Log In

Decoding Low PAPP-A Results in Pregnancy: What You Need to Know

Questions often arise about the significance of a low PAPP-A result during pregnancy. What does it mean, what causes it, and should there be concerns about the baby's well-being? In this exploration, we delve into the intricacies of PAPP-A, shedding light on its role, testing methods, and the complexities surrounding low results.

Understanding PAPP-A:  PAPP-A, or Pregnancy-Associated Plasma Protein-A, is a placenta-produced protein unique to each pregnancy[^1^]. It becomes detectable in the mother’s blood by the 12-week scan as the placenta forms and embeds itself into the uterine wall.

Testing Methodology:  PAPP-A is one of the proteins tested during a trisomy screen, usually performed at 12 weeks[^2^]. It’s not actively screened for but is an incidental finding, sometimes coming as a shock to parents. The combined test, which includes PAPP-A and bHCG levels, assesses potential chromosomal differences[^2^].

Defining a “Low” Result: Similar to varied natural attributes, what constitutes a normal PAPP-A level varies among individuals. Comparisons are made using the MoM value, with 1 being more average and likely normal for the specific pregnancy[^2^]. A level around 0.4MoM is often considered “low,” but it’s crucial to note that this doesn’t necessarily imply issues.

Interpreting Low PAPP-A: A low PAPP-A level itself may not carry significant meaning. It influences the combined test result, elevating the estimated risk of chromosomal conditions[^2^]. Importantly, low PAPP-A is associated with placental issues, such as growth restriction for the baby[^1^].

Implications and Recommendations: Parents with low PAPP-A may be offered aspirin to encourage blood flow and growth scans to monitor the baby’s well-being[^1^]. Even when all appears normal, they may be advised an induction around their due date as a precautionary measure.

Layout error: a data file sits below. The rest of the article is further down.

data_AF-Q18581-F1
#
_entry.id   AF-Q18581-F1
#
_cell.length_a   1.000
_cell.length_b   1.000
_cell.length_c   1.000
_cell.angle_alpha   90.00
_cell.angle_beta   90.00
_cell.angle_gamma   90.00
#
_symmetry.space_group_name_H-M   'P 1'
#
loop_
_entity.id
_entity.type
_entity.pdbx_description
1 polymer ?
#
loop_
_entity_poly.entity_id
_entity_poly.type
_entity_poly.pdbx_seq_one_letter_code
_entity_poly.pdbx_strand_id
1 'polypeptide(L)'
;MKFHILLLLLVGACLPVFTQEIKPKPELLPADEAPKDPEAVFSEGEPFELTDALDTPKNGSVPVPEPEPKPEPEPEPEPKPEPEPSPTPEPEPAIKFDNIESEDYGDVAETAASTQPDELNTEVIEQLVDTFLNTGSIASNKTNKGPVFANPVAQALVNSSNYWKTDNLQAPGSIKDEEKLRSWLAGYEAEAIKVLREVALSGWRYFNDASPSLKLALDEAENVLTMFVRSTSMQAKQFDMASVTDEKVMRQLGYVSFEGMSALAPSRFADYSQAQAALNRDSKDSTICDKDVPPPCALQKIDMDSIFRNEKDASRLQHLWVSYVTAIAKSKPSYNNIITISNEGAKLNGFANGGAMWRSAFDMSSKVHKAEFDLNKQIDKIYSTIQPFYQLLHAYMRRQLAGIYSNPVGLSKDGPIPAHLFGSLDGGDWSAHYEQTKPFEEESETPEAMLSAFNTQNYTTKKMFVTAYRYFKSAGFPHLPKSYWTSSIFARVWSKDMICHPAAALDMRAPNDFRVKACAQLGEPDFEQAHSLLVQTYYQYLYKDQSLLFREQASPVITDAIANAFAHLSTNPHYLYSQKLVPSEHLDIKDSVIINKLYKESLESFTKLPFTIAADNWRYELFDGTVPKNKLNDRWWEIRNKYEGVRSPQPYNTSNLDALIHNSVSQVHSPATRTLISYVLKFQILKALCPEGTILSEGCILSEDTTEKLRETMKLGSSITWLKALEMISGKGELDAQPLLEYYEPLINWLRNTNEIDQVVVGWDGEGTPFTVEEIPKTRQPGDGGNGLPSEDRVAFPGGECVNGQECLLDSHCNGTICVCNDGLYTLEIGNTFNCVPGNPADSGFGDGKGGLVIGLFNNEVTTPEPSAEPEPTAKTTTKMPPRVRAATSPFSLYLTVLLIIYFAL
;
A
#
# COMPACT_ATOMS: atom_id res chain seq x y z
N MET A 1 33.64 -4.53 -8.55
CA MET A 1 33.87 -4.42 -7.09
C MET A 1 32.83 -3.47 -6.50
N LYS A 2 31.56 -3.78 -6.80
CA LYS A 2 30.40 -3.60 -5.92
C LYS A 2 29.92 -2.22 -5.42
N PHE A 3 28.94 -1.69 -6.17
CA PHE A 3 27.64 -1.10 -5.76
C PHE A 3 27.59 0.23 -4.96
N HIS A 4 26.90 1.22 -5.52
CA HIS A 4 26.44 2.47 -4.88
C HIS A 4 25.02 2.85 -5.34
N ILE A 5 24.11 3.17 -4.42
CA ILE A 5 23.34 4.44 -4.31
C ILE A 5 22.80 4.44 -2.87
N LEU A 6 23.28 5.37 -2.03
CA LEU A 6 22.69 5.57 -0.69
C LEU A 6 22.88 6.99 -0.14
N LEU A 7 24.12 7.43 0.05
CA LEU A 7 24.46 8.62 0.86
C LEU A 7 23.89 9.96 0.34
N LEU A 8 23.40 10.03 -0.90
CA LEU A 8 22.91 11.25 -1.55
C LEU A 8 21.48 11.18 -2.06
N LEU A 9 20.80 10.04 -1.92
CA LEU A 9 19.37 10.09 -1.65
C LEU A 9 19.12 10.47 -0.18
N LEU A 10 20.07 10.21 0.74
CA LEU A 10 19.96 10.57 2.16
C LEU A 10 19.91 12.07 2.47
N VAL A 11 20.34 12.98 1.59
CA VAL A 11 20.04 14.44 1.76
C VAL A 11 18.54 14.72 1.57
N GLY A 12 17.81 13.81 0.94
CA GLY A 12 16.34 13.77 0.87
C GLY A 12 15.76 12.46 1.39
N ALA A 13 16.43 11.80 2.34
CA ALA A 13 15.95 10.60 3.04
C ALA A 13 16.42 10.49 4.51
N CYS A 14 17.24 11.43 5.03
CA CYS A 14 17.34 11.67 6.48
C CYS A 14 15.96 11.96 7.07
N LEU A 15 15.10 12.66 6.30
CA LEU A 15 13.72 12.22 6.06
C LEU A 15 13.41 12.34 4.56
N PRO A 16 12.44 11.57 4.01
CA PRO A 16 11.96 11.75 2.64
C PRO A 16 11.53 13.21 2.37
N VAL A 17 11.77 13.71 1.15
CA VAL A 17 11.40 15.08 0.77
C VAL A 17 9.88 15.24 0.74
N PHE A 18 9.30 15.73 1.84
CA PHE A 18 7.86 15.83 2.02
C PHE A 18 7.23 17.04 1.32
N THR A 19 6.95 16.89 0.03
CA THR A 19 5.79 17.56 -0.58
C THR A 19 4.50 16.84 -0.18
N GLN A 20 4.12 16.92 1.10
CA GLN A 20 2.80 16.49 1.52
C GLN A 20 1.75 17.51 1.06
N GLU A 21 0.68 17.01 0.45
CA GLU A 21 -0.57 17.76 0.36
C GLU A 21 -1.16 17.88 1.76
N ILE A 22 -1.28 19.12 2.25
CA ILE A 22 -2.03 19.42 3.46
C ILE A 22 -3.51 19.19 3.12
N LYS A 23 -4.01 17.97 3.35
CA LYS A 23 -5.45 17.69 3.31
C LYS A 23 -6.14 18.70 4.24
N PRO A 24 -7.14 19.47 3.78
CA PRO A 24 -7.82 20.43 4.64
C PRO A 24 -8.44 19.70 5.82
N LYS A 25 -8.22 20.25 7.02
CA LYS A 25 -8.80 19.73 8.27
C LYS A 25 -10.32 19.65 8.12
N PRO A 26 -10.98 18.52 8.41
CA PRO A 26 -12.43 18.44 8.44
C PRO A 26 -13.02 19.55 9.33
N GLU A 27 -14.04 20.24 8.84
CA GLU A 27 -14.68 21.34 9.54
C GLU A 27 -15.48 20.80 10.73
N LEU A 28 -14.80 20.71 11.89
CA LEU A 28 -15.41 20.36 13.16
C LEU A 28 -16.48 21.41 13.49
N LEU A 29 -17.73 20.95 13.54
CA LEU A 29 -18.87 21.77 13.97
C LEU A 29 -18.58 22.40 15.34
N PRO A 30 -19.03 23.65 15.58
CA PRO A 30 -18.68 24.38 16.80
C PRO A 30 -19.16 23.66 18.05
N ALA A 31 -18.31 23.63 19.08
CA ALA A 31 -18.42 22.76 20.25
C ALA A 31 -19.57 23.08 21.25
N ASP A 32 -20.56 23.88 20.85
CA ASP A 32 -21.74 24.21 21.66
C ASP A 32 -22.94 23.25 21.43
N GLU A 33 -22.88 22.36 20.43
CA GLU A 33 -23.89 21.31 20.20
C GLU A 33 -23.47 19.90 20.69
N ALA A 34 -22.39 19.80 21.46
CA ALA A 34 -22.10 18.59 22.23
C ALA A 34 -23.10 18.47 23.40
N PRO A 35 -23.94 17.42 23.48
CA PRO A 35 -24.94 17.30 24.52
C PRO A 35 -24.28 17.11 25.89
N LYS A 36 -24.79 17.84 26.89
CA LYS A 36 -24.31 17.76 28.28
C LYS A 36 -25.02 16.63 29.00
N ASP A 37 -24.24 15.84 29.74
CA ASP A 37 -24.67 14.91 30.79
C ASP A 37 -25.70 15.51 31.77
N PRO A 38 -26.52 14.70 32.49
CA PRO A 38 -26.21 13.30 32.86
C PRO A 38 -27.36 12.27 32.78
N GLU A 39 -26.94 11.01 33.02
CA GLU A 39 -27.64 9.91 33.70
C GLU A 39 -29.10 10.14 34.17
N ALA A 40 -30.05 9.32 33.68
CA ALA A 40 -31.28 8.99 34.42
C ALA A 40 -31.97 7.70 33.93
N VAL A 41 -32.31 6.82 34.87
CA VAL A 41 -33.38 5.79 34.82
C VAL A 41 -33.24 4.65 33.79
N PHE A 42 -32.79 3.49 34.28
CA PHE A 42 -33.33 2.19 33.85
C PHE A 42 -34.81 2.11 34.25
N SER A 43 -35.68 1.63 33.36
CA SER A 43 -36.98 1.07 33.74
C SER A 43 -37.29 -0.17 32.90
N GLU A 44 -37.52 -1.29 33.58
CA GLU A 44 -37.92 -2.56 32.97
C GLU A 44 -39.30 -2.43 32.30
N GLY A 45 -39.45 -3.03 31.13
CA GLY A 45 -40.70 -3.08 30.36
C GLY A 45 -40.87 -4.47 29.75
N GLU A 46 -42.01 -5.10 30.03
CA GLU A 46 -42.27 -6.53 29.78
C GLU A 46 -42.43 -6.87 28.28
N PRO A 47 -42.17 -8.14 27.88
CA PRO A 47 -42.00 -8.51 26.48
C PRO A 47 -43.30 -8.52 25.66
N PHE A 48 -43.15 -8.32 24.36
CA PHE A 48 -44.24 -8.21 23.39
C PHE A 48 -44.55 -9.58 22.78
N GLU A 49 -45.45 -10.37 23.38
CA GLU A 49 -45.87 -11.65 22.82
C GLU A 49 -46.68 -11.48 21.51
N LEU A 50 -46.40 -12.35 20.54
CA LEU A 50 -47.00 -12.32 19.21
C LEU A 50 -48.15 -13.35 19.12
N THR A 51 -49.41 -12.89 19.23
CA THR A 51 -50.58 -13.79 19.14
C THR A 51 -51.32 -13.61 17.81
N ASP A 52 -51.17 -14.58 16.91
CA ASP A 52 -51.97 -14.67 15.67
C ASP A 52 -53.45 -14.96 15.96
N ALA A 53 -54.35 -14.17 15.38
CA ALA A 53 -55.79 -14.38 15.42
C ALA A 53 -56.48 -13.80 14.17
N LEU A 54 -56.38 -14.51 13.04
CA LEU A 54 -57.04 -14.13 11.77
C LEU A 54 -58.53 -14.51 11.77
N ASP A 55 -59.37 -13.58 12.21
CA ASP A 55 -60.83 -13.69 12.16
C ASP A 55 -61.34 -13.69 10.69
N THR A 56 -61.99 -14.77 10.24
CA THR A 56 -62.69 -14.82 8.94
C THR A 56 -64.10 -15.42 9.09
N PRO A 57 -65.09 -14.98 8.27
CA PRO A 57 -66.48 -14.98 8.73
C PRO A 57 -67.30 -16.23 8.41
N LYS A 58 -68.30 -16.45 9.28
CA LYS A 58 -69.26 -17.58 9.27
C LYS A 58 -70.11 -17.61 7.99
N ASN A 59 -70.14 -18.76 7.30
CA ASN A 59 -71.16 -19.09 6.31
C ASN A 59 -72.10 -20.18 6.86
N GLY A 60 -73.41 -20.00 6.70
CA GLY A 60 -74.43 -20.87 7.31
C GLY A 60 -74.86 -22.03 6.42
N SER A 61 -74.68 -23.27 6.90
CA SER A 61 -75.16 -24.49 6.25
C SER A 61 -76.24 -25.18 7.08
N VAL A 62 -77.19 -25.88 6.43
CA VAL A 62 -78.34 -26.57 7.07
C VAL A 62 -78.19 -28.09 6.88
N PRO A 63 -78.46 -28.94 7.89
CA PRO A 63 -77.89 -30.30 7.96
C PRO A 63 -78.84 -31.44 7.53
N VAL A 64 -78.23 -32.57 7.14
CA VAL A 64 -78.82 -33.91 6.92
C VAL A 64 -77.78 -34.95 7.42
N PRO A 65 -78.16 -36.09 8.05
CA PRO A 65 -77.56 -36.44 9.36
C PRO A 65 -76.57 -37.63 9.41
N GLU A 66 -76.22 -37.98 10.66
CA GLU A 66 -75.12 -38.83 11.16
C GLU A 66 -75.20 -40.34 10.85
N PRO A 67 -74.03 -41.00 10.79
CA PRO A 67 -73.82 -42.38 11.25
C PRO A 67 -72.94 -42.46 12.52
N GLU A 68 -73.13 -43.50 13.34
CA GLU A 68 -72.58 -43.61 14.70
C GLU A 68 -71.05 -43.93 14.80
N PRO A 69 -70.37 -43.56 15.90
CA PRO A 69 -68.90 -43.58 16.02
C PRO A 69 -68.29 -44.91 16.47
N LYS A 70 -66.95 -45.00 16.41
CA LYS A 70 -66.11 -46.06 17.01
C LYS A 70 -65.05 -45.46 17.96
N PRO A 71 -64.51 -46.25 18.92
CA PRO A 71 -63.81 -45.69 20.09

Questions to Ask Your Healthcare Provider:
1. **How does my specific PAPP-A level impact the overall assessment of my pregnancy?
2. **What additional tests or screenings are recommended given my low PAPP-A levels?
3. **Are there lifestyle changes I should consider to support optimal placental function?
4. **What are the potential implications for my baby’s growth, and how will it be monitored?
5. **Should I be concerned about pre-eclampsia, and what preventive measures are advisable?
6. **How frequently should I undergo ultrasound scans to track my baby’s growth?
7. **Is daily aspirin recommended for me, and are there any potential side effects?
8. **What signs or symptoms should I be vigilant about, considering my low PAPP-A levels?


Navigating the complexities of low PAPP-A results requires an understanding of its nuances. Ongoing research aims to enhance our comprehension and provide more accurate guidance to expectant parents. If you find yourself in this situation, open discussions with healthcare professionals can offer personalized insights and help you make informed decisions throughout your pregnancy journey.


[^1^]: Smith, G. C., Stenhouse, E. J., Crossley, J. A., Aitken, D. A., Cameron, A. D., & Connor, J. M. (2002). Early Pregnancy Levels of Pregnancy-Associated Plasma Protein A and the Risk of Intrauterine Growth Restriction, Premature Birth, Preeclampsia, and Stillbirth. The Journal of Clinical Endocrinology & Metabolism, 87(4), 1762–1767.

[^2^]: Spencer, K., Cowans, N. J., & Molina, F. (2008). First trimester ultrasound and biochemical markers of aneuploidy and the prediction of preterm or early preterm delivery. Ultrasound in Obstetrics and Gynecology, 31(2), 147–152.